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Thread: My first machine quilting setup

  1. #1
    Super Member AshleyR's Avatar
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    My first machine quilting setup

    I bought a Gracie and Juki today. Well, my husband did. I haven't seen them yet. I've never quilted this way, so I'm really excited. I only have 2 quilts that need quilting! How long does it take to quilt a full/queen on a frame?

  2. #2
    Super Member AshleyR's Avatar
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    My First Machine Quilting Frame and Machine

    I'm very excited to announce that I have my first machine quilting set up! My husband got it for me today and we are going to try to set it up tonight. I haven't even seen it, but I can't wait!

    I thought I started this thread already, but I didn't see it, so I hope it doesn't end up double-posting!

  3. #3
    Super Member leatheflea's Avatar
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    It depends on how dense your quilting and weather or not your doing a custom or panto. I quilt with mid arm(15) and do alot of custom work. It takes me about 40 plus hours per queen quilt. I can do an all over pattern in about 2 hours. Its not as easy as it looks, takes practice for most people, and then there's the born natural quilters, I'm not one of those. Congrats on your new toy! Have fun!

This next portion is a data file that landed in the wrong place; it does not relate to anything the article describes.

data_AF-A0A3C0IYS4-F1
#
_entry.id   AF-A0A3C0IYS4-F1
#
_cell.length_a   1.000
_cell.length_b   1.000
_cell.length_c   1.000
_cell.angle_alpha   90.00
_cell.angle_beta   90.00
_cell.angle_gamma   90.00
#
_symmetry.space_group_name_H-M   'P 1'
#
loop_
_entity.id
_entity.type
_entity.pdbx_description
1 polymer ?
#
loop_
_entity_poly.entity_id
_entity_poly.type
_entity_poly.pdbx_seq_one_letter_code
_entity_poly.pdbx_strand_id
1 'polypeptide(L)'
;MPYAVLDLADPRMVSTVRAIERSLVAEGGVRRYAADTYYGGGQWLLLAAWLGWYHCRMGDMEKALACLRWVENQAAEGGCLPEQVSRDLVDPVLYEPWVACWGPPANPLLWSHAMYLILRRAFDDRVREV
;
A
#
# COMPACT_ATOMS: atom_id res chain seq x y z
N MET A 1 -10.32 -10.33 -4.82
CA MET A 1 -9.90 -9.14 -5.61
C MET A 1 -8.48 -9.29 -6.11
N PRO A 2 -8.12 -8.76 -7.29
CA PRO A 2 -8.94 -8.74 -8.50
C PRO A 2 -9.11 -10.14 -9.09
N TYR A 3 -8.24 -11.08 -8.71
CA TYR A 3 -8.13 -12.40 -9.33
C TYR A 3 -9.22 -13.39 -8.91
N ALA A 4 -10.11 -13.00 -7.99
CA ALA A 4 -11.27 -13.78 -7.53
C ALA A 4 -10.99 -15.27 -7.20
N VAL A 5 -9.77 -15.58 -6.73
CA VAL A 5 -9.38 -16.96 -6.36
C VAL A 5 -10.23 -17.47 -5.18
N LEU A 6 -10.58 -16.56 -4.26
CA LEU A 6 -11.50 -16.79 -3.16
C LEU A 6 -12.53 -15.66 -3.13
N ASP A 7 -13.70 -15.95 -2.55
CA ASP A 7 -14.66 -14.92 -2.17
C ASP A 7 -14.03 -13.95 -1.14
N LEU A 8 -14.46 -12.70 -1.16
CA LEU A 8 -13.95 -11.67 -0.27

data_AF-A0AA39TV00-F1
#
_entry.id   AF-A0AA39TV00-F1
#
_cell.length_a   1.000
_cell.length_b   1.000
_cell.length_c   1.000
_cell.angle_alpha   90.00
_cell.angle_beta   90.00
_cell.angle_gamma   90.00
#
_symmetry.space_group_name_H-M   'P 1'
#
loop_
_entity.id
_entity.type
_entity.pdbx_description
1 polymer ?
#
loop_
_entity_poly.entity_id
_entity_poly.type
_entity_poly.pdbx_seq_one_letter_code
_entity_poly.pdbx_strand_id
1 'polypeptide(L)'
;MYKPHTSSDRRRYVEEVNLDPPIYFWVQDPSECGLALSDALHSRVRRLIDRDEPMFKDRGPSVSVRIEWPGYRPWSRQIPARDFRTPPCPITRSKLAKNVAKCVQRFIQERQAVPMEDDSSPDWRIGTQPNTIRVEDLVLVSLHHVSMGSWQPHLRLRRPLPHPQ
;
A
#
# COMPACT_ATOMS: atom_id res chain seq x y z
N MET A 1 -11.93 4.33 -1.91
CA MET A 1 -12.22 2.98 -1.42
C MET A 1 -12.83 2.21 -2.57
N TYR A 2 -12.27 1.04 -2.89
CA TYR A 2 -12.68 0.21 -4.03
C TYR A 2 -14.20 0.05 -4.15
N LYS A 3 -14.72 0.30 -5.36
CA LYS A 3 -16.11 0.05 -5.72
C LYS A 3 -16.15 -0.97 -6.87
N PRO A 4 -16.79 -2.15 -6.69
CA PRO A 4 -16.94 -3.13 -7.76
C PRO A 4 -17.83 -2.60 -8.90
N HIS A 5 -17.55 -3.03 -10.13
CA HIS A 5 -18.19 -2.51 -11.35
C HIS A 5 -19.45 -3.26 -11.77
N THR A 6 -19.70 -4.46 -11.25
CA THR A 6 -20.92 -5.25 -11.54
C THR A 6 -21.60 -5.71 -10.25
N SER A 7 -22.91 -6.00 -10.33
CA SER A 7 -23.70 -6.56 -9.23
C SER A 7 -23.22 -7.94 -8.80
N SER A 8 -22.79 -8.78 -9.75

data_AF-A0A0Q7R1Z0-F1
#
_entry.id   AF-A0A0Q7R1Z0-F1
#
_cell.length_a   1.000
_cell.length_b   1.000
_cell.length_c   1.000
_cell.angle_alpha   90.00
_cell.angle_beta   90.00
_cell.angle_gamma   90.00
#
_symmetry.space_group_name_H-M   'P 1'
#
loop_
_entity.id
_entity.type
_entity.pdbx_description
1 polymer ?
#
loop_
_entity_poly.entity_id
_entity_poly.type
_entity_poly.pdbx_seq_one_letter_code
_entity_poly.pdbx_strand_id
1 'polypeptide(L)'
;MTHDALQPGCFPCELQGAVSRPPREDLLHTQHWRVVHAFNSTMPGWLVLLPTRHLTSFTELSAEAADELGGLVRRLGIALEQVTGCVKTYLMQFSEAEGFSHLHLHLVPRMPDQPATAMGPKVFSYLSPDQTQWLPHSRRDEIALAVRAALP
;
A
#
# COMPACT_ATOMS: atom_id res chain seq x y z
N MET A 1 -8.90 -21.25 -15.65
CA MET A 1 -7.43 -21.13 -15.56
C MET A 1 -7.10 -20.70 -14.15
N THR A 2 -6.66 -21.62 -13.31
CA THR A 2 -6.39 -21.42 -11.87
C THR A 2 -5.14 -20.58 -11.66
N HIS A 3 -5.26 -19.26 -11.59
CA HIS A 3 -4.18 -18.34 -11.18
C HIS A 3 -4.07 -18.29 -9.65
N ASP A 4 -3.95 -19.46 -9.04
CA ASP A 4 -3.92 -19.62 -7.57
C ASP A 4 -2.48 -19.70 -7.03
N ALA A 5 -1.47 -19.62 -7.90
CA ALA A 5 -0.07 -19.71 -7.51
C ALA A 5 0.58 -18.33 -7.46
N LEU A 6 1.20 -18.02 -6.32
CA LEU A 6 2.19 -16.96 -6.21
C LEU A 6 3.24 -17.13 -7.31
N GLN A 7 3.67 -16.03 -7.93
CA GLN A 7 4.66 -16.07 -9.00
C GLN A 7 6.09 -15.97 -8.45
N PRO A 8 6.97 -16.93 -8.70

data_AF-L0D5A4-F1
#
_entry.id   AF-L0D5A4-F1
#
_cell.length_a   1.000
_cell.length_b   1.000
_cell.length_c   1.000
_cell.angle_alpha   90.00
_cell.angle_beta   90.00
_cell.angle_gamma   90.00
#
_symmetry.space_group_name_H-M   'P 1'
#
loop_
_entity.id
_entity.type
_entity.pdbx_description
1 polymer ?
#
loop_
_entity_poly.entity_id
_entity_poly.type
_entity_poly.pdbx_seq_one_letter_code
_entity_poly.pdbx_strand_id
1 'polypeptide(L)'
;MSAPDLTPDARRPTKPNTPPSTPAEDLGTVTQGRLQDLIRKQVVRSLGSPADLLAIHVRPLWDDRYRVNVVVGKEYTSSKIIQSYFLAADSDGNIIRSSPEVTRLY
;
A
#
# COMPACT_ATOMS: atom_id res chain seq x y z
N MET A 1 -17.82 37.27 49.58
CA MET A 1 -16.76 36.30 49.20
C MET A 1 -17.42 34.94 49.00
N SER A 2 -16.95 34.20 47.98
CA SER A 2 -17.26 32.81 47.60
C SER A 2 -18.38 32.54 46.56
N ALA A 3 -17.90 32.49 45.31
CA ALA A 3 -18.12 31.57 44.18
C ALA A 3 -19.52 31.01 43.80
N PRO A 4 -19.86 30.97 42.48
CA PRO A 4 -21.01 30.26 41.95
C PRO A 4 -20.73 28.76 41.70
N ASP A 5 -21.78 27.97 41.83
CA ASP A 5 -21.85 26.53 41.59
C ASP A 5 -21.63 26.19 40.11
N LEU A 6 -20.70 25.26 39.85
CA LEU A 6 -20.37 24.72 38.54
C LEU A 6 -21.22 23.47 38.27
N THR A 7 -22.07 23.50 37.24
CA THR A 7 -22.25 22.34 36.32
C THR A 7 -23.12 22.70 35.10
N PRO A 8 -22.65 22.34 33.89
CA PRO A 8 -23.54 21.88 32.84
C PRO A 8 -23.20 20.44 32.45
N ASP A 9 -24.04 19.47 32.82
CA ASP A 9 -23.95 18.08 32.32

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    what kind of frame and machine did you get? I have a Voyager 17 with a Hinterberg floor frame. But whatever you have, you'll have fun.

  5. #5
    Super Member AshleyR's Avatar
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    Thank you!
    I don't even know what panto is. This is all very very new to me!

  6. #6
    Super Member AshleyR's Avatar
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    The frame is a Gracie. I don't know which model yet. The machine is a Juki tl-98e.
    My husband says they're really nice lol!

  7. #7
    Moderator QuiltnNan's Avatar
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    congrats on your new frame setup. i would not rush to put the quilt on. i would sandwich a practice piece. i still have my practice piece to remind me of my progress
    Nancy in western NY
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  8. #8
    Senior Member DebbyT's Avatar
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    I have a Gracie II, with a Brother 1500s. The machine is appx the same size as yours. I agree with QuiltnNan. Practice on something small first. My first practice was a queen size and that was a real challenge, and a mistake. - It will take longer to complete a quilt than someone using a machine with a longer throat. Since we only have about a 9" throat and with the quilt rolling up that leaves about a 6 1/2" playing field to start. Depending on the length and thickness of your batting, that playing field will decrease to about 4". You will find yourself rolling the quilt more often. I love my machine and frame, but a longer thoat would allow for larger continuous designs. Have fun and enjoy!